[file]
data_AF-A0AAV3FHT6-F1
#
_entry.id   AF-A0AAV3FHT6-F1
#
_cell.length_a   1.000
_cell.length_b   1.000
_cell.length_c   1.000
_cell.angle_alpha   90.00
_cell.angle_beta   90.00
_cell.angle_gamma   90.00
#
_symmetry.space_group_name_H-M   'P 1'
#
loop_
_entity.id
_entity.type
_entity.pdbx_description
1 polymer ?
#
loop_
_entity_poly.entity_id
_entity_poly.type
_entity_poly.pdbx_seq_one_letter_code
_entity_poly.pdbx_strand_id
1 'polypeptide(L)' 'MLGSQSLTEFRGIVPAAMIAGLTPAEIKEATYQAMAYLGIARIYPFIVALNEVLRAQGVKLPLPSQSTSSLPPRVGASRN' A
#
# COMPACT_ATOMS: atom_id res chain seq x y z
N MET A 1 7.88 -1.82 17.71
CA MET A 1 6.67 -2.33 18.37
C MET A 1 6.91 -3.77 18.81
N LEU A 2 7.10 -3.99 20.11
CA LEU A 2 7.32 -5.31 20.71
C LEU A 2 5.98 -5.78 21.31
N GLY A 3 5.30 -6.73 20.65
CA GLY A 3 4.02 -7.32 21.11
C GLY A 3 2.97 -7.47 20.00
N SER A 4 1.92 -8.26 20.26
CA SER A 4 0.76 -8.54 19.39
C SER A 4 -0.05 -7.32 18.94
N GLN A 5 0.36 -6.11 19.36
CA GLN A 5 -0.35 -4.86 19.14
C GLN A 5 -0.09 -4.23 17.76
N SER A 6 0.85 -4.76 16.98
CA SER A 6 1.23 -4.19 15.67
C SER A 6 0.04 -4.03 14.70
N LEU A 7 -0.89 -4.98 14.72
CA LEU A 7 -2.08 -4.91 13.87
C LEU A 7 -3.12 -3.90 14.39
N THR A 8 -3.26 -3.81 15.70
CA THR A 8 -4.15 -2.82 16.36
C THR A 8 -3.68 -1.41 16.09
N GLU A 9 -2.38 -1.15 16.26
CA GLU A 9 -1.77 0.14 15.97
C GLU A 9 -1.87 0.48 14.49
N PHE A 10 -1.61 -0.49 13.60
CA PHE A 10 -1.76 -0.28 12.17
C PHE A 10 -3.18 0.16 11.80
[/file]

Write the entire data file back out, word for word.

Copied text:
data_AF-A0AAV3FHT6-F1
#
_entry.id   AF-A0AAV3FHT6-F1
#
_cell.length_a   1.000
_cell.length_b   1.000
_cell.length_c   1.000
_cell.angle_alpha   90.00
_cell.angle_beta   90.00
_cell.angle_gamma   90.00
#
_symmetry.space_group_name_H-M   'P 1'
#
loop_
_entity.id
_entity.type
_entity.pdbx_description
1 polymer ?
#
loop_
_entity_poly.entity_id
_entity_poly.type
_entity_poly.pdbx_seq_one_letter_code
_entity_poly.pdbx_strand_id
1 'polypeptide(L)' 'MLGSQSLTEFRGIVPAAMIAGLTPAEIKEATYQAMAYLGIARIYPFIVALNEVLRAQGVKLPLPSQSTSSLPPRVGASRN' A
#
# COMPACT_ATOMS: atom_id res chain seq x y z
N MET A 1 7.88 -1.82 17.71
CA MET A 1 6.67 -2.33 18.37
C MET A 1 6.91 -3.77 18.81
N LEU A 2 7.10 -3.99 20.11
CA LEU A 2 7.32 -5.31 20.71
C LEU A 2 5.98 -5.78 21.31
N GLY A 3 5.30 -6.73 20.65
CA GLY A 3 4.02 -7.32 21.11
C GLY A 3 2.97 -7.47 20.00
N SER A 4 1.92 -8.26 20.26
CA SER A 4 0.76 -8.54 19.39
C SER A 4 -0.05 -7.32 18.94
N GLN A 5 0.36 -6.11 19.36
CA GLN A 5 -0.35 -4.86 19.14
C GLN A 5 -0.09 -4.23 17.76
N SER A 6 0.85 -4.76 16.98
CA SER A 6 1.23 -4.19 15.67
C SER A 6 0.04 -4.03 14.70
N LEU A 7 -0.89 -4.98 14.72
CA LEU A 7 -2.08 -4.91 13.87
C LEU A 7 -3.12 -3.90 14.39
N THR A 8 -3.26 -3.81 15.70
CA THR A 8 -4.15 -2.82 16.36
C THR A 8 -3.68 -1.41 16.09
N GLU A 9 -2.38 -1.15 16.26
CA GLU A 9 -1.77 0.14 15.97
C GLU A 9 -1.87 0.48 14.49
N PHE A 10 -1.61 -0.49 13.60
CA PHE A 10 -1.76 -0.28 12.17
C PHE A 10 -3.18 0.16 11.80